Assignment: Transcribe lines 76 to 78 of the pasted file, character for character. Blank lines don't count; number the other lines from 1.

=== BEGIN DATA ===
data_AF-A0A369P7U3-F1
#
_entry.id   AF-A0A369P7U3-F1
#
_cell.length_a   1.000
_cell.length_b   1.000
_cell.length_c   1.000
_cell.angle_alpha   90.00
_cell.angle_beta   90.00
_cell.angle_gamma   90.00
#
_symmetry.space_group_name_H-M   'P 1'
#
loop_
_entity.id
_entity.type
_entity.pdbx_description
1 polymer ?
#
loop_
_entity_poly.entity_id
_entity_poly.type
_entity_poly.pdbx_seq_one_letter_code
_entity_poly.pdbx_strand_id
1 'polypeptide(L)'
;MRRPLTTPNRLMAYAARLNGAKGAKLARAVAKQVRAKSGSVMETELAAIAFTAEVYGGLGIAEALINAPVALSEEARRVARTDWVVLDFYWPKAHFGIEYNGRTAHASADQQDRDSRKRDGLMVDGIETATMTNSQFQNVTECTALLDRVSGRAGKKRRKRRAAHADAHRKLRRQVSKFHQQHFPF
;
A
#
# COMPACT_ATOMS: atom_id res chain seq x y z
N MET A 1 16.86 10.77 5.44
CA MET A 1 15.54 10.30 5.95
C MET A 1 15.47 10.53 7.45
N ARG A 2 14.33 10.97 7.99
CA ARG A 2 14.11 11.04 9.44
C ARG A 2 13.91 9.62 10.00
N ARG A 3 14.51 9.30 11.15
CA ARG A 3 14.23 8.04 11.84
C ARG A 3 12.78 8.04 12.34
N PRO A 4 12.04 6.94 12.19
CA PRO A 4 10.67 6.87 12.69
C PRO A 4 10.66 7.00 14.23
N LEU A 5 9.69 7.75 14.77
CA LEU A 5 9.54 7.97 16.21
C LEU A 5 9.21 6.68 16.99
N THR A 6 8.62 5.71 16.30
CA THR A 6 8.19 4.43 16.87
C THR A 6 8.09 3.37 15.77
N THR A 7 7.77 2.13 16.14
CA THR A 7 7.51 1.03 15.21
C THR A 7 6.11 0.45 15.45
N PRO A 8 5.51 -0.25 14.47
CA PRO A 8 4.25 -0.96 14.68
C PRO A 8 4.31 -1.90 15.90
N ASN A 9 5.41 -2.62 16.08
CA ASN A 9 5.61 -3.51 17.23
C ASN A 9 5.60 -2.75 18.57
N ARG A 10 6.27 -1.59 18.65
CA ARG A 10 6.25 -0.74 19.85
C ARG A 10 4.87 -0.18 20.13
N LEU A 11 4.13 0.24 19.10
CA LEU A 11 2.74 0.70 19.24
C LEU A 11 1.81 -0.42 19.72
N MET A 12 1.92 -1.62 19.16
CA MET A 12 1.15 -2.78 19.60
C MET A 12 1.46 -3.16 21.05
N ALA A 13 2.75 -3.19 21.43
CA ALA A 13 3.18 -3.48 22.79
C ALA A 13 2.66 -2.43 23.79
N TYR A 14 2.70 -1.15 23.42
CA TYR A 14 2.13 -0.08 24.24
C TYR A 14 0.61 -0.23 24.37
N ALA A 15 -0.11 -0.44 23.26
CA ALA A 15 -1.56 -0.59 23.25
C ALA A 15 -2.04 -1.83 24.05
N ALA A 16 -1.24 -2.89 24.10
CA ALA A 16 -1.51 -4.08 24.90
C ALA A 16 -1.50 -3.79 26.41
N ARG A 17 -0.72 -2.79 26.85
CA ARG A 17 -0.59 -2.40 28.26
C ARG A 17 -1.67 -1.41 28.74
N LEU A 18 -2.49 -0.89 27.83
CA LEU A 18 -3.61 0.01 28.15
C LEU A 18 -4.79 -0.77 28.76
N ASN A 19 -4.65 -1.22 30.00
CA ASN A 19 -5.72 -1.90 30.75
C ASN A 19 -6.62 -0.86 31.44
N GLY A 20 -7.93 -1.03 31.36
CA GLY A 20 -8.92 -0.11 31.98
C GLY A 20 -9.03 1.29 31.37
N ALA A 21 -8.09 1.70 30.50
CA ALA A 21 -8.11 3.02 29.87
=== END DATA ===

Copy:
N ALA A 16 -1.24 -2.89 24.10
CA ALA A 16 -1.51 -4.08 24.90
C ALA A 16 -1.50 -3.79 26.41